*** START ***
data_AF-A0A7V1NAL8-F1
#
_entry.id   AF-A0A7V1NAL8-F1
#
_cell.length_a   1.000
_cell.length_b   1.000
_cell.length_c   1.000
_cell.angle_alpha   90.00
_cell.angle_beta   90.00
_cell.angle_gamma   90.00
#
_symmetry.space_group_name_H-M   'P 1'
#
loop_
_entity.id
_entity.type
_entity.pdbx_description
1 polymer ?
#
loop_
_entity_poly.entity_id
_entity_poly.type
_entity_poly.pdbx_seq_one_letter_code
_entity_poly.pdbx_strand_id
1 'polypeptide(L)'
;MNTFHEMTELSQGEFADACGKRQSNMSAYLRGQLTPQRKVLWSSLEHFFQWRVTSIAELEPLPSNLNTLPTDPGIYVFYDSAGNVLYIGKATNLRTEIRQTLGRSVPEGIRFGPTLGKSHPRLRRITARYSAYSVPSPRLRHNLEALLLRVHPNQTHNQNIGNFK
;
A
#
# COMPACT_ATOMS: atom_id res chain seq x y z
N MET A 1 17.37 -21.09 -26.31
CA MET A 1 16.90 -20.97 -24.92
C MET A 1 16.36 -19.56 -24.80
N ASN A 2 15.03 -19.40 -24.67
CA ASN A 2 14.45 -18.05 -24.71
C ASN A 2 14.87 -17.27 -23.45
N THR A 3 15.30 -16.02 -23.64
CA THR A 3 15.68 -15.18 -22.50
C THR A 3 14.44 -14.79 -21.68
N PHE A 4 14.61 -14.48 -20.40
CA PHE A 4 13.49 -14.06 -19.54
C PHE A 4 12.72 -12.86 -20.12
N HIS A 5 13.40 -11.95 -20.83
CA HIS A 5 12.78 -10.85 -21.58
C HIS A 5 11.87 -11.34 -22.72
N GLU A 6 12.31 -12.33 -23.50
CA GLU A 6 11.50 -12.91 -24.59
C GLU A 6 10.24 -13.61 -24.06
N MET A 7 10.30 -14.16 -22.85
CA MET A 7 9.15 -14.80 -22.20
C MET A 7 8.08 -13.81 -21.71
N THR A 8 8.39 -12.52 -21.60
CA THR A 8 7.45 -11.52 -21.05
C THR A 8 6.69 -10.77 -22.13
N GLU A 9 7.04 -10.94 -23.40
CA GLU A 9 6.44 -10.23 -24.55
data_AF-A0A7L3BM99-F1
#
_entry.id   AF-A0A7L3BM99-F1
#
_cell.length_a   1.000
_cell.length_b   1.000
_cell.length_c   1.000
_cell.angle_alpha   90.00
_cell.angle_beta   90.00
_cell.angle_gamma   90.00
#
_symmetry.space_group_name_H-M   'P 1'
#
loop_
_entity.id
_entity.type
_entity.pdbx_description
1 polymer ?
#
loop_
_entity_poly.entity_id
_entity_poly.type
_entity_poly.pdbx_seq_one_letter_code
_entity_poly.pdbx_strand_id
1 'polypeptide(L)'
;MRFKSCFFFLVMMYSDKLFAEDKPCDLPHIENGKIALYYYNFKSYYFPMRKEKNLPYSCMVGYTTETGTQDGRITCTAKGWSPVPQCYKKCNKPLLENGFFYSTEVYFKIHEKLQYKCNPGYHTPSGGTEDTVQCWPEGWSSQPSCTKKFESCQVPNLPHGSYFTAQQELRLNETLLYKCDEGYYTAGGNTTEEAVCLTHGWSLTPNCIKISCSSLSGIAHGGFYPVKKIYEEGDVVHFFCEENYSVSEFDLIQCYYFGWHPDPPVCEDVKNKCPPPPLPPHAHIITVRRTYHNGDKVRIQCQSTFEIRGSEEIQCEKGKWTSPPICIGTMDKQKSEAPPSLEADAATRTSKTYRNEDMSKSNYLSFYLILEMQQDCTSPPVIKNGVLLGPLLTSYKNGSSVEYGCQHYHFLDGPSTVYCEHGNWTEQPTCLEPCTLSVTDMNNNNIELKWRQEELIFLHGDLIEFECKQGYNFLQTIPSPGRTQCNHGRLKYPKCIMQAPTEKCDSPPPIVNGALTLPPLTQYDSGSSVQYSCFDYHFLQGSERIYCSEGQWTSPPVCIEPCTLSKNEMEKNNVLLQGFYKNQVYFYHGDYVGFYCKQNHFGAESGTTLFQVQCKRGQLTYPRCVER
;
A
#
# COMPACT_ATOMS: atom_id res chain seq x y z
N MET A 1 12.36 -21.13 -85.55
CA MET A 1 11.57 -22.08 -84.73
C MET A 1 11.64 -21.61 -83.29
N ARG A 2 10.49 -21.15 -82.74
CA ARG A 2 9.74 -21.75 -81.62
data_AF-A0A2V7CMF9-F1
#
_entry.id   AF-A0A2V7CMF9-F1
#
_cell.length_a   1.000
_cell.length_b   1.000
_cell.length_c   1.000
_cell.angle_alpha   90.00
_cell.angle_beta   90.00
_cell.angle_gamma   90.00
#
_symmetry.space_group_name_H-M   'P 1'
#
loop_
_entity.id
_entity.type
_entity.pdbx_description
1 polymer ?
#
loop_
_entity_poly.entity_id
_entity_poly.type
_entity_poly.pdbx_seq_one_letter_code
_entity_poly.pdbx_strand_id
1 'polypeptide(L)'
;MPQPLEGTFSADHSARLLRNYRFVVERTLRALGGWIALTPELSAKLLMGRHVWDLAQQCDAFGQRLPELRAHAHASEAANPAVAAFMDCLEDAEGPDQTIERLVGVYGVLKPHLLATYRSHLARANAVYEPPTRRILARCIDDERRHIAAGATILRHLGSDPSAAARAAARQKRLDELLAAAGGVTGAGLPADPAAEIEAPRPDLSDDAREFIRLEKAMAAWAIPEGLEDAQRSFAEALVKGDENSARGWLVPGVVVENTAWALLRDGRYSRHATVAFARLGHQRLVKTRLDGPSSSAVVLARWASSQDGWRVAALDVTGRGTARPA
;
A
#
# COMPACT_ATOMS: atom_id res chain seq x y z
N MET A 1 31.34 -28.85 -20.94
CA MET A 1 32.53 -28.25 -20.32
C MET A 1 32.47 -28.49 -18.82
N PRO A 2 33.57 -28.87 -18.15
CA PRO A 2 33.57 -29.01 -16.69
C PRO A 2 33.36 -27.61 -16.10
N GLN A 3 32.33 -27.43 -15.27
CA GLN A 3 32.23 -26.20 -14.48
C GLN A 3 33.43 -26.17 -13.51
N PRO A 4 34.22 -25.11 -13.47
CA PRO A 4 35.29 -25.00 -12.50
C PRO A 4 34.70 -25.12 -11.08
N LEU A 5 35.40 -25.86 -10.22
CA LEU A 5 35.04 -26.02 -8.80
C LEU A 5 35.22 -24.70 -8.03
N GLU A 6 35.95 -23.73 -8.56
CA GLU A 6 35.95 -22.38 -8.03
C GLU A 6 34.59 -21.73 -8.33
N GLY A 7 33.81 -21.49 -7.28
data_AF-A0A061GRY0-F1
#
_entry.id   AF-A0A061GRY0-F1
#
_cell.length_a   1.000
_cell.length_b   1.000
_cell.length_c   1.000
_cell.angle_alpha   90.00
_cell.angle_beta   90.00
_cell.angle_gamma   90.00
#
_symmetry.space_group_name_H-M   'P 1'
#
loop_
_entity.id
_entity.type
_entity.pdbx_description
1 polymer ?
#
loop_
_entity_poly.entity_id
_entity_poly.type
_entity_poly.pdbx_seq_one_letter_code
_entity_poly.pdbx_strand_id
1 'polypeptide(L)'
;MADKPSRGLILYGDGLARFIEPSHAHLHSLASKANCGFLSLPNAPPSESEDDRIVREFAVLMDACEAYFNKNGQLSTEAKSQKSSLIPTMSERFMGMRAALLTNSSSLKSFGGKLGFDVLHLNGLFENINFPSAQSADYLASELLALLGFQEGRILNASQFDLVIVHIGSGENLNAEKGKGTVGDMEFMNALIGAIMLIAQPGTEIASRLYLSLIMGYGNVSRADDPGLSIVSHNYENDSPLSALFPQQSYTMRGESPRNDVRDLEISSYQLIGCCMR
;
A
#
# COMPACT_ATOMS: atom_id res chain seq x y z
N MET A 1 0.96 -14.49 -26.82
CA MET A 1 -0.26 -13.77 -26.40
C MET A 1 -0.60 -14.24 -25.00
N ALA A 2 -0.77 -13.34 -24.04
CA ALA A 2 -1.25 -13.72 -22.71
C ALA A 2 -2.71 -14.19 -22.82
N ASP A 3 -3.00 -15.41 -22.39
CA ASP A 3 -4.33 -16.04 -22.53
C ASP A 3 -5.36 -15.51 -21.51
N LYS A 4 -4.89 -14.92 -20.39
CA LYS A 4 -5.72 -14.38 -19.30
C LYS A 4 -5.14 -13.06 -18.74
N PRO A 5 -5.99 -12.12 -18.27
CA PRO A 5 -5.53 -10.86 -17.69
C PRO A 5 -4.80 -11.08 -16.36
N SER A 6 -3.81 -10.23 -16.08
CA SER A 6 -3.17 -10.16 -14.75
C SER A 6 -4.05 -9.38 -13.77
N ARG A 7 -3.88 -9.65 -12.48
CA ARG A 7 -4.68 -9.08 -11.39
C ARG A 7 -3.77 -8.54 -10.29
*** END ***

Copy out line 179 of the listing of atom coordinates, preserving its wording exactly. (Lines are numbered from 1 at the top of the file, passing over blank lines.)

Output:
C ASP A 3 -5.36 -15.51 -21.51